Atlanta-based artist Radcliffe Bailey takes relics from his family’s history to create works that explore the African-American experience.
“I think that art comes from a place that’s pretty close to me,” Bailey said Monday night at the Blanton Museum of Art Auditorium. “My grandmother gave me about 400 photographs right before she died and since then I’ve always tried to make things that would connect with my family members.”
Bailey said each image to him is like a deity. Part of the relationship with his art is tied to his family and conversations he has had with them.
“I always feel like I live between two different worlds, things that are tangible and things that are non-tangible and the paintings deal with things that are non-tangible, so I’ve always sort of played by the idea that we set ourselves between crossroads, between life and death,” Bailey said.
UT professor Michael Ray Charles moderated the talk with Bailey. The talk was presented in partnership with the UT Center for Art of Africa and its Diasporas and explored the origins of Bailey’s sculptures, photographs and mixed-media paintings.
Charles said he is intrigued by Bailey’s photographs and the context in terms of how the images come about.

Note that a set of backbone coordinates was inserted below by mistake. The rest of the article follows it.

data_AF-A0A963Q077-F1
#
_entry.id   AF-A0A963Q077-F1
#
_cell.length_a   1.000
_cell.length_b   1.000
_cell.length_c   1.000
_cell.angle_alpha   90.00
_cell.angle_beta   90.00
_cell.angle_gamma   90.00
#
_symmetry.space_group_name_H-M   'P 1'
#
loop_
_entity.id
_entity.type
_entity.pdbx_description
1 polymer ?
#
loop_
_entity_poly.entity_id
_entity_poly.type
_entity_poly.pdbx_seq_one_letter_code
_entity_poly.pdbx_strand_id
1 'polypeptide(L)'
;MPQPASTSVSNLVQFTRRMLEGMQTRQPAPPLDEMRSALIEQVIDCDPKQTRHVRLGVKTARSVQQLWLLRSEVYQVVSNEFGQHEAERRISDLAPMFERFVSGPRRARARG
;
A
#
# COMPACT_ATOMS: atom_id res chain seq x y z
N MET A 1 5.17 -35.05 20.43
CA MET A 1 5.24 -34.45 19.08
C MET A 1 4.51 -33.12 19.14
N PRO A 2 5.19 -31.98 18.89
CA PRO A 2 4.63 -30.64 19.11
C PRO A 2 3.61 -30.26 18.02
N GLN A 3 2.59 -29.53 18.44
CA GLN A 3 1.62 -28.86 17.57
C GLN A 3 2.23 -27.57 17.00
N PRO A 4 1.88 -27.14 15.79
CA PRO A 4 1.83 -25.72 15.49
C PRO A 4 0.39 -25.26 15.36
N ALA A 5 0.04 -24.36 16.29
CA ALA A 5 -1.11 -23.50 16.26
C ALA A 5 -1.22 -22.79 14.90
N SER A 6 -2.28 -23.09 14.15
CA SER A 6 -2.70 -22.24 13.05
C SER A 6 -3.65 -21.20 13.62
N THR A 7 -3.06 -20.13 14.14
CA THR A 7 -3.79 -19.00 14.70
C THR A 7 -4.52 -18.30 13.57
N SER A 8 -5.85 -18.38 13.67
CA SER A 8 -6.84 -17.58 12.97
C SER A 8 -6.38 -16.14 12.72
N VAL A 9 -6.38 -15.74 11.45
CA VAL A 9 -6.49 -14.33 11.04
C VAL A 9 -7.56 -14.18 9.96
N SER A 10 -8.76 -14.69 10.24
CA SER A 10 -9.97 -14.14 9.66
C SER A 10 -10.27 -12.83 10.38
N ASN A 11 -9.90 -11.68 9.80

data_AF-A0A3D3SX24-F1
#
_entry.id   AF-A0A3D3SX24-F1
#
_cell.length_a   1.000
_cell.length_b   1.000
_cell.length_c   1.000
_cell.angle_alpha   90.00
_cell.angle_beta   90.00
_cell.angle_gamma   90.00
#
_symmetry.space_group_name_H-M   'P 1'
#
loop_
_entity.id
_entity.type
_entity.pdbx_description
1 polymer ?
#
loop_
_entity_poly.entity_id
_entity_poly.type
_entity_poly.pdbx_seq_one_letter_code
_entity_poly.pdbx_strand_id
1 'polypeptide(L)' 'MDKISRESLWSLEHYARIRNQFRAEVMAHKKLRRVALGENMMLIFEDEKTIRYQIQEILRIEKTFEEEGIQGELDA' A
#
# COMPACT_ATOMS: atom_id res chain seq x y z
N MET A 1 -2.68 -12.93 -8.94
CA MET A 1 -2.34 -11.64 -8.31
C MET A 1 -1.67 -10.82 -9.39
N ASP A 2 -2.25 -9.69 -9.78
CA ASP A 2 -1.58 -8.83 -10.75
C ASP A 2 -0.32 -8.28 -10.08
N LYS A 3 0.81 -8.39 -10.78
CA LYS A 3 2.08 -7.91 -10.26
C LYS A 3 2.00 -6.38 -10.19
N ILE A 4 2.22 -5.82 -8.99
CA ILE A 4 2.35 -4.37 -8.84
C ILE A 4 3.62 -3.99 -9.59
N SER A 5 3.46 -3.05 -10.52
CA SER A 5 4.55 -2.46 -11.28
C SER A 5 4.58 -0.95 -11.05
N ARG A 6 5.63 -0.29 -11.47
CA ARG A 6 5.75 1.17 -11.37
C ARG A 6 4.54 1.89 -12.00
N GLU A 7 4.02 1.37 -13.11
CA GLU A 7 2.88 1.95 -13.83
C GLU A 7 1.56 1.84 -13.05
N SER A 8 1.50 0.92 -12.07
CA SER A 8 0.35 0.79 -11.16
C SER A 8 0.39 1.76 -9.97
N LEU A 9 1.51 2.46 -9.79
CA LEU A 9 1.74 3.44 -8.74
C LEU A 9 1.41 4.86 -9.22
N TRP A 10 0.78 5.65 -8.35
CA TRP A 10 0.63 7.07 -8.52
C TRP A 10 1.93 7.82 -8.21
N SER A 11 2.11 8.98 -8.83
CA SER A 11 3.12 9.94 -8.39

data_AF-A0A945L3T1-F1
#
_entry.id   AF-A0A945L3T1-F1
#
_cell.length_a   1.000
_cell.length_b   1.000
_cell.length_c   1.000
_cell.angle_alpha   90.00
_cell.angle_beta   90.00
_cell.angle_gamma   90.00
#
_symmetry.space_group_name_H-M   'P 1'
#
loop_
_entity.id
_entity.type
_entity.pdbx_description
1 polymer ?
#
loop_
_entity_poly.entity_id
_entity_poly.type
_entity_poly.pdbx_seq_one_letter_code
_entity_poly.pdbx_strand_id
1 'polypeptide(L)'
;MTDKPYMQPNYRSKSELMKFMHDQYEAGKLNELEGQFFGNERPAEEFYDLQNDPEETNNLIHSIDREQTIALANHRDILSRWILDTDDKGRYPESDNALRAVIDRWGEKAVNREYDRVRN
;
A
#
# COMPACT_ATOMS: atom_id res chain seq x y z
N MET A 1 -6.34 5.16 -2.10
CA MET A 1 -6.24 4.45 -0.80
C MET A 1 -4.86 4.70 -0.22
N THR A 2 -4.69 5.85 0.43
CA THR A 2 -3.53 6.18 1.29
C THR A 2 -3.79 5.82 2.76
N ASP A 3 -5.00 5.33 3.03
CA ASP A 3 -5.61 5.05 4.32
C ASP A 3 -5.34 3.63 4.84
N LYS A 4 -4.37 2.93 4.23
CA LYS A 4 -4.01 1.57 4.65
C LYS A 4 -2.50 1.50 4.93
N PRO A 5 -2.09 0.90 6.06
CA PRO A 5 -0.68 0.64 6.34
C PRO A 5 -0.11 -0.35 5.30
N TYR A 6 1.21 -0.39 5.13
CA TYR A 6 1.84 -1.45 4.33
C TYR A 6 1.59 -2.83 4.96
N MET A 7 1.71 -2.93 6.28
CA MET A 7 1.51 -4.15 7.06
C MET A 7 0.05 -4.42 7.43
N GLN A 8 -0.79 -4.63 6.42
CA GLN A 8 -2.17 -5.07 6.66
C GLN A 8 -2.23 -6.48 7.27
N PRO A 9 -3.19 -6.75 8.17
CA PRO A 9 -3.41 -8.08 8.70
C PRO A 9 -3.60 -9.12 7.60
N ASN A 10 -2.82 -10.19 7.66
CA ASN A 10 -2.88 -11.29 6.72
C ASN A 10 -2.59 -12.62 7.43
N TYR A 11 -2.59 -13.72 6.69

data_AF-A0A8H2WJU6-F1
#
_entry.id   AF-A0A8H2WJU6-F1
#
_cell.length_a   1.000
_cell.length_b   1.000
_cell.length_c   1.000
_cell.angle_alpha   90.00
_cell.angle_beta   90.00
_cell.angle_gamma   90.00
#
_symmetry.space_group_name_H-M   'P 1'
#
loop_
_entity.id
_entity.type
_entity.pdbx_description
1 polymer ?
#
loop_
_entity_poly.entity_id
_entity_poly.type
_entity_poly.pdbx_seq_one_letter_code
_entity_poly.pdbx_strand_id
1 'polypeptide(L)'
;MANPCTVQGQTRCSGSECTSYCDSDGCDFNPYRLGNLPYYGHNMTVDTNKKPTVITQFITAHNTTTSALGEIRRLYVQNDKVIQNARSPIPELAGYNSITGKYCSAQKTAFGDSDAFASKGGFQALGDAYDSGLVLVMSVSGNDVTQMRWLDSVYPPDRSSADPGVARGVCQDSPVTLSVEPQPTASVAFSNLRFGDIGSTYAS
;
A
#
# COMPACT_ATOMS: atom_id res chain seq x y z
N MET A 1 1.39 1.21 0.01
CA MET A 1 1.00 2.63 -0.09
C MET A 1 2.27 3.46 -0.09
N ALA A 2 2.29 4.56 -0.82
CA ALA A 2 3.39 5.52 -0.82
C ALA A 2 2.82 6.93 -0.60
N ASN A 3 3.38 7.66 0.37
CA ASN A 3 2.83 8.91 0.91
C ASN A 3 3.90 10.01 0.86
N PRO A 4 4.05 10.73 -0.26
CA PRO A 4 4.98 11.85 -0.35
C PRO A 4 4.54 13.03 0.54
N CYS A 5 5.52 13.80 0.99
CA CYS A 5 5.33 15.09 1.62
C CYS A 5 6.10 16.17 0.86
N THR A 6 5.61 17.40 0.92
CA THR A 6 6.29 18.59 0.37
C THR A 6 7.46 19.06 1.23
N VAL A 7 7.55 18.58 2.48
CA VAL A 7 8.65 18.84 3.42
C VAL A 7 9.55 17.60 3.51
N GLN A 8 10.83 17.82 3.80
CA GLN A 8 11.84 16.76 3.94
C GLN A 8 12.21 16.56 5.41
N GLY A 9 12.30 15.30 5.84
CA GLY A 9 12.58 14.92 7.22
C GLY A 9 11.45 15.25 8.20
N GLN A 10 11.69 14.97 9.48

“These photos are all post-reconstruction, so your work poses as an opportunity for African-Americans to reconstruct images themselves as opposed to being constructed,” Charles said.
Charles said Bailey seems to connect with his images, with the faces and with the people.
“You use your art to reconfigure their lives, and I’ve never heard anybody speak about that aspect in your work,” Charles said.
Bailey relies on his memory for his artwork and says photographs were like his first form of DNA. He also he approaches his art much like a dance while in the studio.
“It’s very normal for me to be working on 30 different things at one time but I have to bounce around each one,” Bailey said. “I’m staying busy not just because I have a deadline, but I have to keep moving because I can’t sit on one page. I have times where I just don’t work at all.”
Bailey said to this day he couldn’t have guessed he would be an artist. He says he did art in college because of his inability to play baseball.
“I think when I first started making art it wasn’t about me,” Bailey said. “I see myself as a vessel and things come through me rather than become about me.”